·      Repeat until you have only one yellow corner
·      Orient the cube so that the one yellow cube is in the bottom left corner
·      Repeat the “fun” move and the one yellow cube in the bottom right corner until you have the top face yellow.
7. The R’F move (top corners) 
·      Look around the top rim and see if any of the top sides have matching corner colors
·      If not, then do: R’ F R’ B2      R F’ R’ B2       R2
·      When you have matching corner pieces, move them to the back face
·      Repeat R’ F R’ B2      R F’ R’ B2       R2
·      Orient so that all corners should now be matched
(remember, R’ is “down”)

 (or, know that Up or Down refers only to the right side, and the mantra is:
D F D B2      U F’ D B2       U2
8. The “FFURL” move (top edges) 
·      All should be in proper orientation except for three or four edges.
·      If you only have three edges out of position, then you have one perfect side, which you want to move to the back
·      FFU   R’L   FF   RL’  UFF (or, FFU, both sides down, FF, both sides up, UFF)
All on one page:
1. The daisy
2. Bottom edges
3. The 123 move (bottom layer) (123 always starts with an up)
4. Middle layer (slap 123, adjust white 123)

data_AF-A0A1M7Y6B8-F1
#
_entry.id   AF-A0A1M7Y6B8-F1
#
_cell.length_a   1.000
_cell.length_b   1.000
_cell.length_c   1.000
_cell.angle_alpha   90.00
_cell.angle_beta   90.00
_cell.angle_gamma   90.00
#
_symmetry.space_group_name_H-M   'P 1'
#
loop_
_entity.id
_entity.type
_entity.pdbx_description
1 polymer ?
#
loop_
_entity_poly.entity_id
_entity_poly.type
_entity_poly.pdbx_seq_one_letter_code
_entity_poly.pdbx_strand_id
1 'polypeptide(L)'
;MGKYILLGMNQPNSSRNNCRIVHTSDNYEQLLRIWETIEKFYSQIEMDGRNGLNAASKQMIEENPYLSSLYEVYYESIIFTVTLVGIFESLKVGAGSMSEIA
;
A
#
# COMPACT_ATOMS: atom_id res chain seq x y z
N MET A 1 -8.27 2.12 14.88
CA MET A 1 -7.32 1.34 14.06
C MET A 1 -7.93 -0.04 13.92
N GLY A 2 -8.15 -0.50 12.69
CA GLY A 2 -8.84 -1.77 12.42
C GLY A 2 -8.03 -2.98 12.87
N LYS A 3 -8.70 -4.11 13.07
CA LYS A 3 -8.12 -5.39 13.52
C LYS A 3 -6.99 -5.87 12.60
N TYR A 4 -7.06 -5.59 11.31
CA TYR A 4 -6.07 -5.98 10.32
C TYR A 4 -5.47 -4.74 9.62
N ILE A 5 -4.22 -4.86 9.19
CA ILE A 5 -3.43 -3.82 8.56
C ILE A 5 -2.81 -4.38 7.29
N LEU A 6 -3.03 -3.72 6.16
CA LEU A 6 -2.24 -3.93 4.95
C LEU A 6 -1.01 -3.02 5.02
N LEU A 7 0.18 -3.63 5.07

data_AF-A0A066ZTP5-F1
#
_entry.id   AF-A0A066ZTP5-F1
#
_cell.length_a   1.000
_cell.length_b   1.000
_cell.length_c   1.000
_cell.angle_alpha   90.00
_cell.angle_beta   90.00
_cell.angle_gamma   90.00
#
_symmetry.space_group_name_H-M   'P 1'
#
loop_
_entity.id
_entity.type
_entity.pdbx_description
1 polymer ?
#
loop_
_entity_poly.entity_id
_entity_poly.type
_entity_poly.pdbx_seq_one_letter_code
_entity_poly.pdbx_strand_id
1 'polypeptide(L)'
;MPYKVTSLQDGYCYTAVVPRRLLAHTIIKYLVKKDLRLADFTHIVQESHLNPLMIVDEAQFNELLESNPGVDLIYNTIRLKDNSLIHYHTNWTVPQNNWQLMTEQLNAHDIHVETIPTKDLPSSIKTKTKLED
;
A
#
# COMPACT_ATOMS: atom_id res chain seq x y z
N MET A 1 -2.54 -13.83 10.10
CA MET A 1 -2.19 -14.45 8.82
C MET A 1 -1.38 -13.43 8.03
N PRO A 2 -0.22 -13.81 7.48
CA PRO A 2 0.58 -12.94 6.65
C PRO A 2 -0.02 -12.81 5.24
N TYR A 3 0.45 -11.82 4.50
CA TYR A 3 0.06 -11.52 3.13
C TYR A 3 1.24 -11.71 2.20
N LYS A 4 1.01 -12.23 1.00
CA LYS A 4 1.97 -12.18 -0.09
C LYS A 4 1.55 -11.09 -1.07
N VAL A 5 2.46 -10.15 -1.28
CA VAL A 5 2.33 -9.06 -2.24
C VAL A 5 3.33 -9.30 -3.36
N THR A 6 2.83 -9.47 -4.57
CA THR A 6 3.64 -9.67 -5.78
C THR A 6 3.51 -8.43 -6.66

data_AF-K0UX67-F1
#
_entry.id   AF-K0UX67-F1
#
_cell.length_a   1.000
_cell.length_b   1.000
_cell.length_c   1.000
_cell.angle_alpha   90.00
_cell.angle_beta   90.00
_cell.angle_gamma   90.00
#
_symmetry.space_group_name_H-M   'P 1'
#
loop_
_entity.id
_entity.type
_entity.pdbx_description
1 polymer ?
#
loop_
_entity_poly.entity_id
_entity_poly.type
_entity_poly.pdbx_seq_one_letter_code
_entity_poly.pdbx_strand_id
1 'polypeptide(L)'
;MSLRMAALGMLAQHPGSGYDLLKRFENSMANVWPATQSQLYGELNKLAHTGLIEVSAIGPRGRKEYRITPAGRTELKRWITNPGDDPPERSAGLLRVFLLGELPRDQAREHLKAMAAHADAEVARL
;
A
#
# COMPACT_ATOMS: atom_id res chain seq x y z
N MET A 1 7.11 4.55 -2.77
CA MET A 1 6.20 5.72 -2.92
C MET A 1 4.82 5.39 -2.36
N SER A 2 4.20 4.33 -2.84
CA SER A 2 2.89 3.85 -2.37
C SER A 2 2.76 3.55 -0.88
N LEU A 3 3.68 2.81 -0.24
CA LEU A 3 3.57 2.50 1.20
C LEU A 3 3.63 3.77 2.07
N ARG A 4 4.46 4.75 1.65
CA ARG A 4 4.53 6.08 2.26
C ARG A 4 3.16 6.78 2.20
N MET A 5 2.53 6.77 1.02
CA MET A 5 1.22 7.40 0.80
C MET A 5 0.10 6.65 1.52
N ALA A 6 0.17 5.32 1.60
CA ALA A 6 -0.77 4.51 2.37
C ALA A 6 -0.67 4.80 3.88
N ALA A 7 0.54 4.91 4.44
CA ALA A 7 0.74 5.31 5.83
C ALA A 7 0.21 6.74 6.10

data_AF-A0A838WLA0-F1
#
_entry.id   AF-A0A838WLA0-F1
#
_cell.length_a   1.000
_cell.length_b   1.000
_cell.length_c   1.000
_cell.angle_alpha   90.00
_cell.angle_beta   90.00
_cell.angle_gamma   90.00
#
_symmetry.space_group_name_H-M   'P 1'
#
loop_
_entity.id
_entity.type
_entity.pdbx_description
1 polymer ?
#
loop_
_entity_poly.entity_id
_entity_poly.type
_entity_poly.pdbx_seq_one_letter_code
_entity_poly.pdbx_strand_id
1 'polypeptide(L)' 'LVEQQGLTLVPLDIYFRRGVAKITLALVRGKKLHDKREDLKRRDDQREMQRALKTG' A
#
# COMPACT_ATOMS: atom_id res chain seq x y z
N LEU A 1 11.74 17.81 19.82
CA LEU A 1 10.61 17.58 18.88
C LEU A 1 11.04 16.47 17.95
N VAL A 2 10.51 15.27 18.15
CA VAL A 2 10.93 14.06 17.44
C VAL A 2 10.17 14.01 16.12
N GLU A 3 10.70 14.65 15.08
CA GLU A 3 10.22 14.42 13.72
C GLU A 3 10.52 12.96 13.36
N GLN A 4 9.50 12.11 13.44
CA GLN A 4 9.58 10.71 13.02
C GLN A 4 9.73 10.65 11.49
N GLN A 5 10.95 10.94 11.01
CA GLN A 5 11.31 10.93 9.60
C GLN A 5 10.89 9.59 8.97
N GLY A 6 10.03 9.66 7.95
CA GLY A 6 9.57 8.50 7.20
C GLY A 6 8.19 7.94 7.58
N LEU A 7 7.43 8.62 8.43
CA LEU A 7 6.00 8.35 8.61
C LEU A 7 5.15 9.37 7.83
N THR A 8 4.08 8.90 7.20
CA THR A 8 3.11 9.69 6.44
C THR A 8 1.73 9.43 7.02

5. FURU’R’F’ (look for 9:00)
6. The fun move (start with right up)
7. R’ F R’ B2  R F’ R’ B2       R2 (where R’ is down) or D F D B2      U F’ D B2       U2
8. FFU, both sides down, FF, both sides up, UFF

I heard from a former student who is a freshman in college and who told me today, "It's so much fun to know...I always use it as a fun fact during ice breakers!" Love. I hope you'll have as much fun, too! My fastest time is 2:45, but normally it's around 3 minutes. There are definitely faster ways, but this method is, to me, easy to long as you have willing students. 

My plan is to have my class teach some of the 5th graders at our school how to solve the first and possibly the second layers, so that maybe they will want to learn the rest on their own. I've joined a national Rubik's Cube club, and we may host a competition...we will see! Just like the Rubik's Cube, one step at a time :)